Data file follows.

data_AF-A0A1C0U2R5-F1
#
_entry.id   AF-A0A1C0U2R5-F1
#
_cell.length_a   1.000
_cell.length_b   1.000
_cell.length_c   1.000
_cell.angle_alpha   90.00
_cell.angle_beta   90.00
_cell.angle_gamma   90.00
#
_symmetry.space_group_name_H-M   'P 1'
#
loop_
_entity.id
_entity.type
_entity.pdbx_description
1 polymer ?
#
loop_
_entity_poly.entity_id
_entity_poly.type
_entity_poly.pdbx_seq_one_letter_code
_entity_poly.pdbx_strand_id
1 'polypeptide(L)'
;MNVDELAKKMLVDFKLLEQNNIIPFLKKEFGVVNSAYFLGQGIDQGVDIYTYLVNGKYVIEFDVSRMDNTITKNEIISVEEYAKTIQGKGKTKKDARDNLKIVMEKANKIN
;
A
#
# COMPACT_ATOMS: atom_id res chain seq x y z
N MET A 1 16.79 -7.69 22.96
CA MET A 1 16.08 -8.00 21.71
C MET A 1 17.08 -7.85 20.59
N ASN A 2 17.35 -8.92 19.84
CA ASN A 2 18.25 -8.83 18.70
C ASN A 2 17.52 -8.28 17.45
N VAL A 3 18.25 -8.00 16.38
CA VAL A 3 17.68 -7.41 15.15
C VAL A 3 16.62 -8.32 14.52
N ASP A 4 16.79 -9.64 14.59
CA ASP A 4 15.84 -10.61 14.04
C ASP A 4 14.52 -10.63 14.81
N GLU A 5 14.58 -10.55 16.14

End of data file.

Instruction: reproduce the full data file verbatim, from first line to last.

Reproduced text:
data_AF-A0A1C0U2R5-F1
#
_entry.id   AF-A0A1C0U2R5-F1
#
_cell.length_a   1.000
_cell.length_b   1.000
_cell.length_c   1.000
_cell.angle_alpha   90.00
_cell.angle_beta   90.00
_cell.angle_gamma   90.00
#
_symmetry.space_group_name_H-M   'P 1'
#
loop_
_entity.id
_entity.type
_entity.pdbx_description
1 polymer ?
#
loop_
_entity_poly.entity_id
_entity_poly.type
_entity_poly.pdbx_seq_one_letter_code
_entity_poly.pdbx_strand_id
1 'polypeptide(L)'
;MNVDELAKKMLVDFKLLEQNNIIPFLKKEFGVVNSAYFLGQGIDQGVDIYTYLVNGKYVIEFDVSRMDNTITKNEIISVEEYAKTIQGKGKTKKDARDNLKIVMEKANKIN
;
A
#
# COMPACT_ATOMS: atom_id res chain seq x y z
N MET A 1 16.79 -7.69 22.96
CA MET A 1 16.08 -8.00 21.71
C MET A 1 17.08 -7.85 20.59
N ASN A 2 17.35 -8.92 19.84
CA ASN A 2 18.25 -8.83 18.70
C ASN A 2 17.52 -8.28 17.45
N VAL A 3 18.25 -8.00 16.38
CA VAL A 3 17.68 -7.41 15.15
C VAL A 3 16.62 -8.32 14.52
N ASP A 4 16.79 -9.64 14.59
CA ASP A 4 15.84 -10.61 14.04
C ASP A 4 14.52 -10.63 14.81
N GLU A 5 14.58 -10.55 16.14